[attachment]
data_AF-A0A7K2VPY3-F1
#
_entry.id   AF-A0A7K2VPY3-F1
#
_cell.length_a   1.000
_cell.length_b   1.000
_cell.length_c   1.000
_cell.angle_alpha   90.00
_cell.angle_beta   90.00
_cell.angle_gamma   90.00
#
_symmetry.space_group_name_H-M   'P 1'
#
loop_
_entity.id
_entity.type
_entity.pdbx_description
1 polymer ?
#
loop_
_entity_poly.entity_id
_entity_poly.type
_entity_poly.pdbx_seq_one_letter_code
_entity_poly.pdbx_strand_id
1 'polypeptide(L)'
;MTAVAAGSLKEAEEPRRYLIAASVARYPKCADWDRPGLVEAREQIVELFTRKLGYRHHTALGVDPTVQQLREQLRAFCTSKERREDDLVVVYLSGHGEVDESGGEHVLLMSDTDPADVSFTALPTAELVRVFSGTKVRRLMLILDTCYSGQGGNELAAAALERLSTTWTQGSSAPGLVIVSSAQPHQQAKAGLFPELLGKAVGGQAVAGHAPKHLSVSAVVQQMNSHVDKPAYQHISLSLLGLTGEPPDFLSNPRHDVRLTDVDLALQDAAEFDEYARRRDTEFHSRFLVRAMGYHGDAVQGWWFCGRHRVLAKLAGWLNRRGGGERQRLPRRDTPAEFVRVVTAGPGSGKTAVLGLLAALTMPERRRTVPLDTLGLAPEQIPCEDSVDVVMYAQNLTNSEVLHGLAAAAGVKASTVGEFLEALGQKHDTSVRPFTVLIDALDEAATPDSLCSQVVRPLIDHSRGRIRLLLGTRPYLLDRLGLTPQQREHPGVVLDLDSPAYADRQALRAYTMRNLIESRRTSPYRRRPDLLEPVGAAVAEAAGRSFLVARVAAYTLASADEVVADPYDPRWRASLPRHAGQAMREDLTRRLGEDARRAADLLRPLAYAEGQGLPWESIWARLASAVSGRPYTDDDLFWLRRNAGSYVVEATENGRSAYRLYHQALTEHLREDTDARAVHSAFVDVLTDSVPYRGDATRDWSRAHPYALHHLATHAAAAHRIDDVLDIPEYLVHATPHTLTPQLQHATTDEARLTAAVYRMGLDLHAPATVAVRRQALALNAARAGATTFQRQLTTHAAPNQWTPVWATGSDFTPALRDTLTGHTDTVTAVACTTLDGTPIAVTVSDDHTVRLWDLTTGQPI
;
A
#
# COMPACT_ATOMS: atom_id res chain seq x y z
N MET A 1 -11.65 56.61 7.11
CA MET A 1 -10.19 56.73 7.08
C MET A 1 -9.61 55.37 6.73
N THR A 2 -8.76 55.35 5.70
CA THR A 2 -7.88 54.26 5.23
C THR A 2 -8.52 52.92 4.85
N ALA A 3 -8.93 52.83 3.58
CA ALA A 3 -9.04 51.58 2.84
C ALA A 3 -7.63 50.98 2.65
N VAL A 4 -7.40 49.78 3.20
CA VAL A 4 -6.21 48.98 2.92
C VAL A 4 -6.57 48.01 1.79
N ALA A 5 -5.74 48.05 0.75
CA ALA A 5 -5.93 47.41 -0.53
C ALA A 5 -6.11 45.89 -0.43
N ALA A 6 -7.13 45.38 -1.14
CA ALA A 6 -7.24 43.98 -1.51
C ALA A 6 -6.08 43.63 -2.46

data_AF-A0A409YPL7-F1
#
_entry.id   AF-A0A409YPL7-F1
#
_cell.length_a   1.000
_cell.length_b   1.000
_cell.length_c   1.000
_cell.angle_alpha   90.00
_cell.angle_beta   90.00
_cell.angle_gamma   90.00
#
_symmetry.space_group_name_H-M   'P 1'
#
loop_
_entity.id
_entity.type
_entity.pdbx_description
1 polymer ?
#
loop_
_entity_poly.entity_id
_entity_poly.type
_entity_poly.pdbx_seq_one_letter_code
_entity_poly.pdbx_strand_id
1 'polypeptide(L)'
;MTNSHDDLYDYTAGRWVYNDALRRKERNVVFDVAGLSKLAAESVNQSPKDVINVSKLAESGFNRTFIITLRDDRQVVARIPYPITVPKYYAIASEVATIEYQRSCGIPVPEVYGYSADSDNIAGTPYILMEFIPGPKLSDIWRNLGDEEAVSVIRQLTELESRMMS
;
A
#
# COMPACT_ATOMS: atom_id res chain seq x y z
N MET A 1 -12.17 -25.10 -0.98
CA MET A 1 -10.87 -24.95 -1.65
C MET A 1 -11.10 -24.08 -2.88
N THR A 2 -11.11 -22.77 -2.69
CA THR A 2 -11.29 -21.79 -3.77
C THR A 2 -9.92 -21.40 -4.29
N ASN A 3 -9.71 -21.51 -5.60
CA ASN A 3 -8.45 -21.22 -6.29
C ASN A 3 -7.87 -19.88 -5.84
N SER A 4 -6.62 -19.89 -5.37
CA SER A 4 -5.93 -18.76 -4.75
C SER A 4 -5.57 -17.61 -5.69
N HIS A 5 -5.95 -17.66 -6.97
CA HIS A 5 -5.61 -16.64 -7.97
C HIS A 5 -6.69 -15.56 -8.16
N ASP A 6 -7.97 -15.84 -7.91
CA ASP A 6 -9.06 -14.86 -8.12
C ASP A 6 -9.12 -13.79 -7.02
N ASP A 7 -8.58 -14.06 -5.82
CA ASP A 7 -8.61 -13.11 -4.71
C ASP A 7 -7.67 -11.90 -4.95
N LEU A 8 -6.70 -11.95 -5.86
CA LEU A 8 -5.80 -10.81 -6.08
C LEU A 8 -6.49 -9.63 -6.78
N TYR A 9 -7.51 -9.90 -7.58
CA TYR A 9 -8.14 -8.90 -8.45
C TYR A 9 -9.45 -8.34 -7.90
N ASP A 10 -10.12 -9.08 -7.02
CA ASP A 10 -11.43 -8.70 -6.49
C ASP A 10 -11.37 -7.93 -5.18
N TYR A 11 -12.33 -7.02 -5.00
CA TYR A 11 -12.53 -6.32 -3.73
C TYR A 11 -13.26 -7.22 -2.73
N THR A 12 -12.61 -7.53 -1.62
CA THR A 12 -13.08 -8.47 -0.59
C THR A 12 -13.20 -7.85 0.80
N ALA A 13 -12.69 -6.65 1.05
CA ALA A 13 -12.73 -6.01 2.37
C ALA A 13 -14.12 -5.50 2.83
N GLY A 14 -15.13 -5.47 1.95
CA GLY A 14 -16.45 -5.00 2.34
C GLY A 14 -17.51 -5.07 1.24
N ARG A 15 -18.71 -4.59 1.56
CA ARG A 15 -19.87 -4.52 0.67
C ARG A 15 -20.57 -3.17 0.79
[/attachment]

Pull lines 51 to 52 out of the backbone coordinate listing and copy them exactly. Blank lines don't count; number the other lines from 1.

_entry.id   AF-A0A409YPL7-F1
#